Rotterdam showed the strongest growth of the five large Dutch cities. Last quarter rents in Rotterdam were 14.3 percent higher than in the same quarter last year. Eindhoven saw an increase of 12.1 percent. Tenants in Rotterdam now pay an average of 16.50 euros per square meter per month, and those in Eindhoven 14.62 euros.
This year the value of office buildings in Amsterdam increased the most of all cities in the world. In the third quarter Amsterdam offices' value rose by 27.4 percent, according to a report by real estate advisor JLL that will be published in the coming weeks, Financieele Dagblad reports.
Office rents on the Zuidas, Amsterdam's business district, currently amount to about 400 euros per square meter.
For the first time students in the Netherlands on average pay over 400 euros per month for a room. Student housing rents increased more than 5 percent compared to last year, according to student housing website Kamernet, RTL Nieuws reports.
Amsterdam is the most expensive when it comes to student housing, with an average price of 571 euros per month for a room. Rotterdam saw a student housing rent increase of 7.4 percent to 460 euros per month.
Rents in the Netherlands free sector continue to rise, especially outside the four large cities. The average rental price in the Netherlands increased by nearly 6 percent compared to a year ago, according to figures rental housing site Pararius released on Tuesday, NOS reports.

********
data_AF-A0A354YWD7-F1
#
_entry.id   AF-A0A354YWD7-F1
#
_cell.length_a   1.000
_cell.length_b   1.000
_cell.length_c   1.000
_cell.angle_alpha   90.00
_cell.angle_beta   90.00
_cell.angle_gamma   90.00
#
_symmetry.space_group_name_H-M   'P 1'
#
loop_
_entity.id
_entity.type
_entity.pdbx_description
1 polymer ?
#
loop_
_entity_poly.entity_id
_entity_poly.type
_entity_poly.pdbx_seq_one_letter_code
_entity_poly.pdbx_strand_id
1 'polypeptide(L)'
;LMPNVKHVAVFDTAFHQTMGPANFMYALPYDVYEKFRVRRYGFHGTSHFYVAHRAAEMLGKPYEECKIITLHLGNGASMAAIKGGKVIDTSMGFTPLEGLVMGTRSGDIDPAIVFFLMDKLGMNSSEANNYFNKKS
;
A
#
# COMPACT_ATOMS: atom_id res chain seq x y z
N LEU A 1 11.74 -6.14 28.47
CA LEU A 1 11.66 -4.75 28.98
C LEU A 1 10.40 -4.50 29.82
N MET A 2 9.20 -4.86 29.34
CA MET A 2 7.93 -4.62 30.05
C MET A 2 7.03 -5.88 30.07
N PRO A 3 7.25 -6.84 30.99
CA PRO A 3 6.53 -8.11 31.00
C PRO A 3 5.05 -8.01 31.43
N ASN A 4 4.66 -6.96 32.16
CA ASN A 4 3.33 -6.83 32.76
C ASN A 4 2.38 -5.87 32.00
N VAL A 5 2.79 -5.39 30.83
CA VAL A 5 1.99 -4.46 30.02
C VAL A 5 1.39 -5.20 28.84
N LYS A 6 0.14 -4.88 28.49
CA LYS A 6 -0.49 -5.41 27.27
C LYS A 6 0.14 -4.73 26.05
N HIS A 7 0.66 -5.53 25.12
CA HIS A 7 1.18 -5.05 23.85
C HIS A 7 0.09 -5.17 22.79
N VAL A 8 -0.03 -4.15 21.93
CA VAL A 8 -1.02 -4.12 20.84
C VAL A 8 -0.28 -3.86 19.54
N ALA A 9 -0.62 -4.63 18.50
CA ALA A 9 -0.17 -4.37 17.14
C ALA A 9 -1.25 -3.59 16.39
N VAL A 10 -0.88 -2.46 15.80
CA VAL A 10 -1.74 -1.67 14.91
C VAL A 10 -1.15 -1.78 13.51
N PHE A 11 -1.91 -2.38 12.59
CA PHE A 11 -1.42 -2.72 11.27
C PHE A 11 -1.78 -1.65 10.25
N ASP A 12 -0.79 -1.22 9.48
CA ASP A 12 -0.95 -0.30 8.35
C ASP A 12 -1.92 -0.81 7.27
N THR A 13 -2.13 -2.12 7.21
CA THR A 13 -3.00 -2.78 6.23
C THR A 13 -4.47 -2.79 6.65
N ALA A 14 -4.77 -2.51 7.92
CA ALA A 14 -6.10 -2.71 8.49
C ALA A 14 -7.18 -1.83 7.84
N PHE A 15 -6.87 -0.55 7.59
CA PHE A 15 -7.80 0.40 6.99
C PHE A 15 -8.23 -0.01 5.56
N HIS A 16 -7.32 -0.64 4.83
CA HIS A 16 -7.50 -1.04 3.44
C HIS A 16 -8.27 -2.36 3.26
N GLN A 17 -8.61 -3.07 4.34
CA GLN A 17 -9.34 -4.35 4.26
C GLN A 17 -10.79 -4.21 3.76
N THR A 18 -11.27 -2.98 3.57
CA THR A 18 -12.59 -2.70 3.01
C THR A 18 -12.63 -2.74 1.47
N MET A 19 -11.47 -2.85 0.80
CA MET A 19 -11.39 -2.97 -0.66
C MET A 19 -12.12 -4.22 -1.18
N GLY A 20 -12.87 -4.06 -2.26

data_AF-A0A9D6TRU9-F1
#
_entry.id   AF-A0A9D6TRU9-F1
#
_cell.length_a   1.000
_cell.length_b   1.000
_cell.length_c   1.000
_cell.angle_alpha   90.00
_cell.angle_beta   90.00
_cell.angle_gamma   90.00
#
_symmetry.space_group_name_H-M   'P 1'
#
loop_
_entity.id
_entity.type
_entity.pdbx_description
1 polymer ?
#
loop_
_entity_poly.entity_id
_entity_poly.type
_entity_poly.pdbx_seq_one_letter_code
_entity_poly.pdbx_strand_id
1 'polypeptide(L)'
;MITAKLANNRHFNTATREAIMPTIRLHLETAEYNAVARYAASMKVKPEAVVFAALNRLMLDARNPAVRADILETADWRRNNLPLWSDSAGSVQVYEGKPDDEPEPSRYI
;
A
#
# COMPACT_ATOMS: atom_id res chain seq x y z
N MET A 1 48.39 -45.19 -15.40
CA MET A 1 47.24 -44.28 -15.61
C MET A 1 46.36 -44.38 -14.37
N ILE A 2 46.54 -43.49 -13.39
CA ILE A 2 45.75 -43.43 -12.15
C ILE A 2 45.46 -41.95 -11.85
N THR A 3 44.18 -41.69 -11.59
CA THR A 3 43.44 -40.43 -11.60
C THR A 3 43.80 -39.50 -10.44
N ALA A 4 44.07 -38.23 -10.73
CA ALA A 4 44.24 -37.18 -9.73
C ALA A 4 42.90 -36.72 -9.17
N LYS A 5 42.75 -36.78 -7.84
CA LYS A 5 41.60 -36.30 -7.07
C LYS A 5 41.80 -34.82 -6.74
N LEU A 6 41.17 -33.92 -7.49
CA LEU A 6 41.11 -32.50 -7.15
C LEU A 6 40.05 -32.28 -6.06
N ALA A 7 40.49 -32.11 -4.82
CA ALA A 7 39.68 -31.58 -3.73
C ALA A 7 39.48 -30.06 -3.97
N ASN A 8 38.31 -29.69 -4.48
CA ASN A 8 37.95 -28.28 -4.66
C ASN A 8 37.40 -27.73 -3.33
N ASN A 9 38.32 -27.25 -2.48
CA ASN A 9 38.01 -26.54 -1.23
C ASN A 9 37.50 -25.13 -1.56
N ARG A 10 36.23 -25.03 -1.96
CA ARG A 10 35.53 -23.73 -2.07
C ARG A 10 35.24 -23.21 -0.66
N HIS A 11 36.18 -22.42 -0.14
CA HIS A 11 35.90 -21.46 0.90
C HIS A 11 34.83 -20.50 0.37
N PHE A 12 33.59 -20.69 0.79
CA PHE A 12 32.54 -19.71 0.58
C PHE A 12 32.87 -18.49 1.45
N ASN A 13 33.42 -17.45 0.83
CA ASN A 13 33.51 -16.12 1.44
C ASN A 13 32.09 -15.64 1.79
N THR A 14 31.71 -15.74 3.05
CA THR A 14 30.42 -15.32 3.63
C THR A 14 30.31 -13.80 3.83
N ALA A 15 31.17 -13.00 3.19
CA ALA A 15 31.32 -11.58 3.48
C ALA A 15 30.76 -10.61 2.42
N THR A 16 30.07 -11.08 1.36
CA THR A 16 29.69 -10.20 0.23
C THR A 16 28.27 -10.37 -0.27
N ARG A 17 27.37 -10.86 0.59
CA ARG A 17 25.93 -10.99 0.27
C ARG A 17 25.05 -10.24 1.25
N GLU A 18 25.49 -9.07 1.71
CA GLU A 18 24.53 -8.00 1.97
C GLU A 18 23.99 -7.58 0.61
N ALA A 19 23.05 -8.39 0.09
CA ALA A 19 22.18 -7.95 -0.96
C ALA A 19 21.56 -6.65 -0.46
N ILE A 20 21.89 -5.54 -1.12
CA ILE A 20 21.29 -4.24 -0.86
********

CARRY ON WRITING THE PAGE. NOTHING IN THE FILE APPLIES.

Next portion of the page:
The rapid rent increases in the free sector seems to be slowing down in most of the big cities in the Netherlands, according to figures from rental site Pararius for the second quarter. Only Utrecht is still seeing large rent increases. Outside the Randstad, however, rental prices are skyrocketing, NOS reports.
Outside the Randstad areas, rental prices increased on average by 10 percent in the second quarter. The average increase in the Randstad was 4.7 percent. Flevoland and Groningen even saw increases of 23 and 17 percent respectively.
A massive 73 percent of students in the Netherlands pay too much in rent, according to a study by national student union LSVb. On average student rents are 55 euros per month higher than allowed by the property valuation point system. Amsterdam students are worst off - 80 percent pay an average of 115 euros too much rent per month, ANP reports.
An increasing number of Dutch tenants find themselves in long-term financial problems, according to a study by the Netherlands' environmental assessment agency PBL. In 2012 a total of 37 percent of tenants were barely able to pay their bills for four years in a row. In 2015 that increased to almost 55 percent, NU.nl reports.
According to the PBL, the increase in households in financial binds can partly be attributed to rising rental prices and housing costs. An influx of new households with relatively low income in the rental sector also plays a role.
Rents in the private sector in the Netherlands increased again in the third quarter. The average rent increased by 6.2 percent, compared to the same quarter last year, letting agent Pararius reported on Friday, according to the Telegraaf.
The average rent rose from 13.27 euros per square meter in 2015 to 14.11 euros per square meter. According to Pararius director Jasper de Groot, the increase can partly be attributed to a shortage of rental housing for people with mid level incomes in the Randstad.